Friends and family members often ask me what I go through during a race. What’s it like? What am I thinking? What kind of obstacles do I typically face? So I decided to take notes after the Nautica Malibu Triathlon this past September.

Nautica Malibu Triathlon was a race I was looking forward to for a long time. It’s in California, in the beautiful beach community of Malibu. This race attracts many highly competitive athletes. And I wanted to use it as a practice triathlon before the IRONMAN in Kona.

I got to the race venue feeling energized and ready to go. Unfortunately, as I was setting my bike up on the rack, I noticed that my rear derailer, which is part of the bike gears, wasn’t shifting.

I ended up taking my bike to the on-site mechanic. He was unable to fix it, but he did get the bike to manually lock into a single comfortable gear. At this point, I was anticipating a challenging day of riding using one gear, but I focused on doing what I had to do: get ready to race.

The 1.5-kilometer swim was in the picturesque and clear waters of the Pacific Ocean. The water temperature was 68 degrees, making wearing a swim wetsuit legal. I started in group 5 of the competitors and the breaking waves made reaching the first buoy tough. But once I turned the corner, it was pretty smooth. For some reason, the swimming portion of this triathlon felt longer than advertised, but I wasn’t able to confirm that for a fact. So other than being kicked in the head several times, it was a comfortable, yet slow swim for me at 38 minutes.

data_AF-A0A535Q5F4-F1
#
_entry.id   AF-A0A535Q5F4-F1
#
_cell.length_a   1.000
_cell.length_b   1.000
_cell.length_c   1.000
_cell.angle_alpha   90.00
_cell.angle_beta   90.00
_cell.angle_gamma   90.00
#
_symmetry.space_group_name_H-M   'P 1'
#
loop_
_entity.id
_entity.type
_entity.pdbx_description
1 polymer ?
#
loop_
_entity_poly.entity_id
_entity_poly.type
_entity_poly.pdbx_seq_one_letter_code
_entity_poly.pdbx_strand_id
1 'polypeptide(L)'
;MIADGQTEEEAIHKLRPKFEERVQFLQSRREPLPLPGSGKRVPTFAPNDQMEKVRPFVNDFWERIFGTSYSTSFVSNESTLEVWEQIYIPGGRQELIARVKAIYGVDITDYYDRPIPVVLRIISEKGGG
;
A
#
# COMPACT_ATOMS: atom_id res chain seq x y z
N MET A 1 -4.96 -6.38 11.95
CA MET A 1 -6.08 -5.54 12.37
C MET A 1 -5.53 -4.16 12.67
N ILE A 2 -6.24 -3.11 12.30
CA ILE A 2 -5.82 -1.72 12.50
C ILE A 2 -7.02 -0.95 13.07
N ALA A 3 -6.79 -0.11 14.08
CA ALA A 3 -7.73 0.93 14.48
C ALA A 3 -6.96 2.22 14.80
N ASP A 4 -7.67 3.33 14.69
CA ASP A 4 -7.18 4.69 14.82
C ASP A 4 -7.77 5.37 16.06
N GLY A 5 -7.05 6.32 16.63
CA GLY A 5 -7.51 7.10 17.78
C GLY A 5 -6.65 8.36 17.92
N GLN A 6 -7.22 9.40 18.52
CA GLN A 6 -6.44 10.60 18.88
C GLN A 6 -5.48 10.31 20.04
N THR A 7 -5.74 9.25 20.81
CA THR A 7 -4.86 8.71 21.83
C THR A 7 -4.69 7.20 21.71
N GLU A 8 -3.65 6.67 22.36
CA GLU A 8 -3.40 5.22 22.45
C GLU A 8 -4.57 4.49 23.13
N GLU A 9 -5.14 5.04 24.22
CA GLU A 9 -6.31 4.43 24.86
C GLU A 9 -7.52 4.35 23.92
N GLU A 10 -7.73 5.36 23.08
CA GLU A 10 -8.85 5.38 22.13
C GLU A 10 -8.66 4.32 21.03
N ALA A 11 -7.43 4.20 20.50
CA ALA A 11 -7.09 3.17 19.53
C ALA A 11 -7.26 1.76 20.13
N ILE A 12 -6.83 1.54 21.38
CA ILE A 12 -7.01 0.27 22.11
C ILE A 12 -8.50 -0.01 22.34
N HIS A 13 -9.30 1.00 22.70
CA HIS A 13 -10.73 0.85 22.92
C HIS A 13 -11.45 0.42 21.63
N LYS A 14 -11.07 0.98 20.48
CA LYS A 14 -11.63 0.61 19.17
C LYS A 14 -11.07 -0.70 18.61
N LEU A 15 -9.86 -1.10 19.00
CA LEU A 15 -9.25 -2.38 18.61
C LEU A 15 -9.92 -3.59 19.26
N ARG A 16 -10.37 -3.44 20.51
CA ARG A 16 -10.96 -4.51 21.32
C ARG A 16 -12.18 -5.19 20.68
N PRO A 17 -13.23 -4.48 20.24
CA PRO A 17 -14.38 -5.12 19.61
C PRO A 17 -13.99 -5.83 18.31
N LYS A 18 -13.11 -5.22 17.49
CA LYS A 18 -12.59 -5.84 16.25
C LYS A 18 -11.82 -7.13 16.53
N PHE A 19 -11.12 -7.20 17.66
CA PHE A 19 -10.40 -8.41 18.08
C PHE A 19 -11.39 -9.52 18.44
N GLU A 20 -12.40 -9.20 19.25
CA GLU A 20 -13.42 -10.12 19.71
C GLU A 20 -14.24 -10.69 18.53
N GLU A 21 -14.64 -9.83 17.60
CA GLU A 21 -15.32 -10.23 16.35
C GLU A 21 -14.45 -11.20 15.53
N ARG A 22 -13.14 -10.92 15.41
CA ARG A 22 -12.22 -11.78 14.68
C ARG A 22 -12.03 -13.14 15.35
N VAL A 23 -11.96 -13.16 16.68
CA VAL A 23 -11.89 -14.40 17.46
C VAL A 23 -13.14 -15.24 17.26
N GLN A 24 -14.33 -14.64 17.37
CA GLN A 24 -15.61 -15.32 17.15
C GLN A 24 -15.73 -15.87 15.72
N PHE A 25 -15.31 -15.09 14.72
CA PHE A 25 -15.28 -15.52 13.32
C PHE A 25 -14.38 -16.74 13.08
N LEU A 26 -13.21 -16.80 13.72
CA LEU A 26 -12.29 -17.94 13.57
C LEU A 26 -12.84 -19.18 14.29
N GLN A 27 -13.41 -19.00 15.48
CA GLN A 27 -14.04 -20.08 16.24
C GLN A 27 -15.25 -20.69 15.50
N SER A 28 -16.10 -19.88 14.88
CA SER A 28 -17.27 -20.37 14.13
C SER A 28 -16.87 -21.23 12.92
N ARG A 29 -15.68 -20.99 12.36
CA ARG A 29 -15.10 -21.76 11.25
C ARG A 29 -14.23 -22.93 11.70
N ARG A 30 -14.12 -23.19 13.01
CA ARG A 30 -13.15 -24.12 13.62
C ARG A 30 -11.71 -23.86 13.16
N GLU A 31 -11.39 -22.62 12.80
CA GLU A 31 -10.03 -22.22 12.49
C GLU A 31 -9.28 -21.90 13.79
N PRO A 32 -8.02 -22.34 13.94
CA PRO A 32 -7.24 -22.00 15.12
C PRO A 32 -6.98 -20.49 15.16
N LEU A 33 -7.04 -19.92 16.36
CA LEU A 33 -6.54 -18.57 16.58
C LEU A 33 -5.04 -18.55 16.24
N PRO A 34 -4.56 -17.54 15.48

As I was running out of the water towards my bike, I couldn’t help but think about how the inability to shift would affect my race time. I grabbed my bike and headed out to a loud cheer from the spectators. This gave me the boost that I needed. I was able to conquer the 25 hilly miles in a 20-mph pace just using my front gear.

It was a spectacular 25 miles on the historic Pacific Coast Highway. Even though I was pushing hard and probably weakening my legs, I did enjoy the entire 1 hour and 14 minutes of the ride.

As I headed into the run, which is 6.2 miles, people cheered loudly and it gave me another boost. The spectators at this race are so supportive and it meant a lot. At this point, I realized it was becoming a hot day. We ran south encountering a couple of small hills and alongside the path adjacent to the beach. My legs had definitely been affected by the swim and bike ride. Pedaling in one gear took a toll on me.

The last leg of any triathlon can be grueling. This is the time in triathlons when I typically do a “gut check” and keep pushing forward. This is also the time where the hard work pays off. It isn’t just the fact that I’m closer to the finish line but it is when I truly feel the love and respect from my fellow athletes.

I typically get a lot of “Go Hector — you’re an inspiration” and one large man even got teary eyed. I love this sport and I enjoyed the moment when I crossed the finish line after 3 hours and 13 minutes.

Thank you Novation Settlement Solutions for your sponsorship and for the opportunity to compete in the Nautica Malibu Triathlon. You’ve given me a way to inspire new people. Congratulations to event organizers, staff, volunteers and participants for providing a great race experience and for raising more than $1.3 million for Children’s Hospital Los Angeles. Thanks to my family, friends and followers for your continued support. I couldn’t do it without you. Ironman Hawaii, you are mine!

Hector Picard